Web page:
*LOOOONG post, so get ready!*
Through some inspiration online (such as these, this or this) I decided to try to make my own play kitchen from an old piece of furniture. I thought it looked like fun, and not too difficult – depending on how advanced you wanted to make it! I wanted to use as much second hand items as possible, and to make it non-toxic, non-plastic and sturdy for my kid who is 1,5 years old. Some people asked me how I did it, so I thought I could share the process. I wrote this in English so more friends could read it!
I found this online and it inspired me to try it myself!
The ”before” pic…
Here I am with the stuff I found at second hand Erikshjälpen (like Goodwill). It was like $18 (160sek) total! The shelf was 5 bucks and the rest was small kitchen things, a frame, some wooden trinkets, bowls and an embroidery that I liked. The little bag of screws on top is from a hardware store. I’ll show you what it’s for in a sec!
A sneak peak inside the bag!
The stuff I bought.
The shelf is made out of untreated wood. I chose it because I didn’t want to have to treat the wood or grind off the paint to be able to paint it. I wanted it to be as simple as possible! If you can’t find a good untreated wood shelf there are usually cheap ones at most larger supermarkets, or at IKEA. Most of the other things was from the kitchen area. Stainless steel cups, bowls, plates, old tea boxes, a wooden spice rack (?) that I found for a buck and then the handmade embroidery that was like 2 bucks from the textile area. The plate on the lower right (above) is in stainless steel and from the 1950′s or 1960′s, judging from the style (I think). We ended up using as a regular plate for the kid. Great toxin free and stable for toddler hands!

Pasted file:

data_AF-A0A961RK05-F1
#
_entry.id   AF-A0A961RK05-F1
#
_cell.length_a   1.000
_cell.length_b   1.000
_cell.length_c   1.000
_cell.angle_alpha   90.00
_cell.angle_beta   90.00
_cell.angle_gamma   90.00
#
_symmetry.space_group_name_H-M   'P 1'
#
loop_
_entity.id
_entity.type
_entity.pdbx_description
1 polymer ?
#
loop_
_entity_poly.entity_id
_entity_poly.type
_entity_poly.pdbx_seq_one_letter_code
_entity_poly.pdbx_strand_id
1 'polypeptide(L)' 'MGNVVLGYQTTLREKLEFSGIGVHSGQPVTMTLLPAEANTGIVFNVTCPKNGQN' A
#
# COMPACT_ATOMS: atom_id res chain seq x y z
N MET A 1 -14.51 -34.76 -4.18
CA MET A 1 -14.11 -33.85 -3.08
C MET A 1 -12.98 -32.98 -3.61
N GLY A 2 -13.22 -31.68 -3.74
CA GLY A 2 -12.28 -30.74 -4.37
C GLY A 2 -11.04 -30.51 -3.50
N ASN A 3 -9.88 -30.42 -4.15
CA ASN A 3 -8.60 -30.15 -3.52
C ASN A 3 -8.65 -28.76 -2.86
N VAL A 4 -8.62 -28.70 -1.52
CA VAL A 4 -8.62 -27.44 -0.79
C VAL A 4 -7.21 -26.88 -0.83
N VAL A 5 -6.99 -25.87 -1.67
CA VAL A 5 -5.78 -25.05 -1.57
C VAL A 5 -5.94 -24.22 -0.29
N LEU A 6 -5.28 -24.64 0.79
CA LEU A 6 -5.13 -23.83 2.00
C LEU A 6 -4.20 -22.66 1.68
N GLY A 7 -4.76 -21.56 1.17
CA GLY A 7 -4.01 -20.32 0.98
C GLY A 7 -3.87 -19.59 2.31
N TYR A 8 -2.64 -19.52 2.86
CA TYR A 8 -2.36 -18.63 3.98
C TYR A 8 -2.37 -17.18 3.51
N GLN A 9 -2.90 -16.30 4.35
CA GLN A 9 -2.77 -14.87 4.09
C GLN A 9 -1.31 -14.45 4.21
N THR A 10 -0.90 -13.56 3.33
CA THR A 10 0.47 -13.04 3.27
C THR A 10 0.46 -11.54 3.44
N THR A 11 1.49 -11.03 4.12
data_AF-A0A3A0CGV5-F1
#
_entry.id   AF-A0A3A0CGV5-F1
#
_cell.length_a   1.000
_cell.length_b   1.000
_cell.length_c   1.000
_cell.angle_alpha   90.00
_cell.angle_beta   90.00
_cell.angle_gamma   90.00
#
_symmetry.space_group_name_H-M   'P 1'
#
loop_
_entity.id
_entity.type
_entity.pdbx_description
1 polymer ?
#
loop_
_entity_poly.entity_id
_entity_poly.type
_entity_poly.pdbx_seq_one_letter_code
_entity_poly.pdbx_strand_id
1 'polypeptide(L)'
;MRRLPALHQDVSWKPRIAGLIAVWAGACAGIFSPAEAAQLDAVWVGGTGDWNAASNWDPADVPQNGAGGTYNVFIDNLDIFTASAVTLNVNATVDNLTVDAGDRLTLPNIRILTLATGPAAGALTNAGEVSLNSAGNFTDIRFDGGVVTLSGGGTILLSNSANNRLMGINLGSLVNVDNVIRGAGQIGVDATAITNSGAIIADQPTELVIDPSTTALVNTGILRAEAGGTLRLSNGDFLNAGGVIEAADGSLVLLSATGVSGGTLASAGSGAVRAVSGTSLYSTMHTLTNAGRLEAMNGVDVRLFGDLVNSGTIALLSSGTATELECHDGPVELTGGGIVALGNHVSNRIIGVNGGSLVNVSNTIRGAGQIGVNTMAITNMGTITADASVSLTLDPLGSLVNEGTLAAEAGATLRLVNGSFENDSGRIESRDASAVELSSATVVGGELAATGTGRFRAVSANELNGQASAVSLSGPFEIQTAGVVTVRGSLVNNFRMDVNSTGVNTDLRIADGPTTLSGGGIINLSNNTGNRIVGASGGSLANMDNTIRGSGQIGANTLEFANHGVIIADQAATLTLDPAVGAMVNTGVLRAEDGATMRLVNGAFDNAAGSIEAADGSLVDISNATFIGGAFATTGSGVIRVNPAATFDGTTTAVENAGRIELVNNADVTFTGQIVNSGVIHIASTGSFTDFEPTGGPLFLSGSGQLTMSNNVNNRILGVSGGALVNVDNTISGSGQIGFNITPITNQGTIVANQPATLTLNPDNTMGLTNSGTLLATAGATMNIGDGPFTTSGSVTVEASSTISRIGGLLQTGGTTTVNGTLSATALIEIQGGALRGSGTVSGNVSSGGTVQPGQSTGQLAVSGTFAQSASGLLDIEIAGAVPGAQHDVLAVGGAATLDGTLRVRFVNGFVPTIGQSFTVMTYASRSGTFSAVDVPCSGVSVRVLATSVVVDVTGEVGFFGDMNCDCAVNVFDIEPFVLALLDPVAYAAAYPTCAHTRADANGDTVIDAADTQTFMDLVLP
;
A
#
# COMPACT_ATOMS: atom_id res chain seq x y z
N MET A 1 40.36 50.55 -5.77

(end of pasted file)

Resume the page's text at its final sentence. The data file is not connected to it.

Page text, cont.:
The stove burners.
I started off drawing a line in the middle of the top shelf, to partition the ”sink” from the ”stove”. I used a large book that I put against the side, to make sure the line was straight. Then I took one of the bowls to make a round circle for the larger burners. Then, an upside down for the smaller burner circles. I just drew around with pencil.
I go hard in the paint….
This is the all natural toxin free paint that I was planning to use! It’s made from dirt and stuff… totally safe for children. I got it from Natural Earth Paint, a company run by a friendly woman who also sells great non-toxic face paints!